Unions in search of new leaders
Kay Driver, the deputy general secretary of the Secondary Heads Association, has been chosen by the council of the Professional Association of Teachers as its "preferred candidate" for the leadership.
She was picked from a short-list of six and if unopposed, she will become the union's general secretary. If there is a rival bid, PAT's membership will be balloted. Ms Driver replaces John Andrews, who left unexpectedly with a cheque and "gagging order".
The announcement came just two weeks after Ms Driver's union, SHA, advertised for a new general secretary. The incumbent, John Sutton, is retiring, which leaves John Dunford, a former SHA president, as the firm favourite to take over.
Mr Dunford, head of Durham Johnston comprehensive, Durham, says he has not made his mind up yet whether to apply for the post. But the clever money is going on his name.
Bruce Douglas, the president, said he would have considered applying, but his position puts him on the appointment committee.
The union has traditionally appointed internally, and there is pressure for the next leader to be a serving head or college principal. There is also tension within the union between those who want a leader who will promote closer co-operation with the rival National Association of Head Teachers, and others who prefer one who will keep it at arm's length.
But with February 18 as the closing date for applications, the union has given itself a tight timescale for heads who would have to give in their notice by May.
Dame Tamsyn Imison, a member of the union's council, said: "We need someone with a high profile, but who also knows what running a school or college is like. We need someone who can provide quality advice - the union's hotline is a vital service - and also raise the union's profile nationally."
Other members say the union needs a big hitter to take on David Hart, NAHT general secretary, who enjoys a high profile in the media. John Sutton has always maintained SHA's structure made it more difficult for him to sound off on policy, while Mr Hart is given a freer hand.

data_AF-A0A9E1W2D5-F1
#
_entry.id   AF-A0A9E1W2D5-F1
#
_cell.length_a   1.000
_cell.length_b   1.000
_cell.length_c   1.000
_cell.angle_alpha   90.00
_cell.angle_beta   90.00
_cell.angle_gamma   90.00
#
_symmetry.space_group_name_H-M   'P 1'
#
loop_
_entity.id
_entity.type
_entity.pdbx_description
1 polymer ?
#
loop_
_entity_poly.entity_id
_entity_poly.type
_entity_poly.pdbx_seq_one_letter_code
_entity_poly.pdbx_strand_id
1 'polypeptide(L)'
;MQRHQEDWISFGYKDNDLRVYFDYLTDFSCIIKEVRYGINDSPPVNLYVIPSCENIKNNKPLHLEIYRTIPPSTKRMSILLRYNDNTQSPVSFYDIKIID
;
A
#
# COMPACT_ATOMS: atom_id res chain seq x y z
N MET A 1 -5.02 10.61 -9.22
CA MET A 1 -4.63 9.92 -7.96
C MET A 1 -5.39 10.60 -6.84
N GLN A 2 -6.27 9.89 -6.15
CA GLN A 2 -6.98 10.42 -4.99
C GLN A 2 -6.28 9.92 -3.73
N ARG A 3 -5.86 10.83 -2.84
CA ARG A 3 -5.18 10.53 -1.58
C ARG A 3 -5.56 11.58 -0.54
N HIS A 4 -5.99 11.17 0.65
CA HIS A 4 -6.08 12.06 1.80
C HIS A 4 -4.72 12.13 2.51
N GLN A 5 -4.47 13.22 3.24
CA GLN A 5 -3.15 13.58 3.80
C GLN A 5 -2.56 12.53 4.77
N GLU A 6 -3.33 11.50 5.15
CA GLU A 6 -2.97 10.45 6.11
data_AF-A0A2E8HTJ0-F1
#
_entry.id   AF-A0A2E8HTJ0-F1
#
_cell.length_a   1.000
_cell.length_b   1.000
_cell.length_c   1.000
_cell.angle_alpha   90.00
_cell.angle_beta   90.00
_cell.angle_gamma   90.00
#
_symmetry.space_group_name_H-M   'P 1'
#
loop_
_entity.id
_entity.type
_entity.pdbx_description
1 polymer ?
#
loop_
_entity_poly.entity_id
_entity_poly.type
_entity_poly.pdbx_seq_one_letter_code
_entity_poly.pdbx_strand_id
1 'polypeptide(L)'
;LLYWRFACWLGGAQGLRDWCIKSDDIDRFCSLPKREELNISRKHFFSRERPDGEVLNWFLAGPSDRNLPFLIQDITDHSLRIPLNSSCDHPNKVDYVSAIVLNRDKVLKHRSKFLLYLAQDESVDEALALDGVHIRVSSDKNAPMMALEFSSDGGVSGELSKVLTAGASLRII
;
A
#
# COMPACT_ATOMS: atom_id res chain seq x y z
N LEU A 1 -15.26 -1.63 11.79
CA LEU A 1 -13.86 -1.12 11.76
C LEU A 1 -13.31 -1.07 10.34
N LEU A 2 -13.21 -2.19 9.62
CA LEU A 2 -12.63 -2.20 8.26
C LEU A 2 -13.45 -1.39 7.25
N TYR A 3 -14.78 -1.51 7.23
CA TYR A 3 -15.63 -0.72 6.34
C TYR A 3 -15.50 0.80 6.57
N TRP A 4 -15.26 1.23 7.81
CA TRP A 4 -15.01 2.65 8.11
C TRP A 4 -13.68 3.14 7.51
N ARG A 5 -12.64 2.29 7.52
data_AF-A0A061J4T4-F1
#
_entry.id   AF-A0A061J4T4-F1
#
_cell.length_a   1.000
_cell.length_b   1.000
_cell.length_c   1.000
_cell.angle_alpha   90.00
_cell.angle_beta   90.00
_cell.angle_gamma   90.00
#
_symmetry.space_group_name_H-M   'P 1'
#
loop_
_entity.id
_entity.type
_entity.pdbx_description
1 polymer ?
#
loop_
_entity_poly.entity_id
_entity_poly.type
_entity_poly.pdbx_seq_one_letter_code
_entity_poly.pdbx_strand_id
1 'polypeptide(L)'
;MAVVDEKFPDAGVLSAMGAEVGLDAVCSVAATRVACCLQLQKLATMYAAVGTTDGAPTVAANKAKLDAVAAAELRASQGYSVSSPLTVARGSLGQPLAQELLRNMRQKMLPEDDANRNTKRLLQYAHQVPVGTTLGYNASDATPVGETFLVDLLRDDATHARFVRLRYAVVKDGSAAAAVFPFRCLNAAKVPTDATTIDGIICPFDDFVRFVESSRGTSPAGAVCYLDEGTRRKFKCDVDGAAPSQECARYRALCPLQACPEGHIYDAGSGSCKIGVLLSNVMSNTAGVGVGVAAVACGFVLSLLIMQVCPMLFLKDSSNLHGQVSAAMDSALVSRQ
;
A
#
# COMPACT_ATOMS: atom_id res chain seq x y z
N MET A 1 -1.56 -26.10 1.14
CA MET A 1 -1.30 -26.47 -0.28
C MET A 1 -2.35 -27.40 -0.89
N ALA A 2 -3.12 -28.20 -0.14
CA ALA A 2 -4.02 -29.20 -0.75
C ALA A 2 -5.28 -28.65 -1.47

SHA has 6,696 full-paying members and its base is declining. The number of schools is decreasing as is the total of deputy heads, and the union has opened its membership to other school management categories. Its management courses and publications are popular, although a substantial number of its members also belong to the NAHT.
Mr Dunford was a popular, well-known figure during his presidency. As general secretary he would encourage greater involvement with the NAHT. He specialised in reform of the 14 to 19 curriculum and said Sir Ron Dearing's report (on 16 to 19 education) was not bold enough.
He was awarded a PhD for a thesis on HM Inspectorate and has had a number of historical studies published. During his first meeting with the education press as president, he announced that John Major, then prime minister, had not put a foot right on education.
Mr Dunford may face challenges from other members who have yet to show their hand, and there is always the threat of outside candidates - John Akker, recently deposed general secretary of the lecturers' union, NATFHE, is now back in the job market.
Kay Driver's move from SHA to PAT is by no means certain. History shows that being the union's preferred candidate does not necessarily mean the job is in the bag.
In 1992, John Andrews emerged winner in a ballot, beating the union council's choice. The 32,000-strong association is commonly known as the "no-strike" union and has a strongly Christian wing.
A merger with the Association of Teachers and Lecturers foundered seven years ago, but rumours suggest takeover ambitions have not been put to rest.
However among union officials, PAT has earned itself the nickname Son of Nigel, a reference to its support of the National Association of Schoolmasters Union of Women Teachers' position on Department for Education and Employment committees.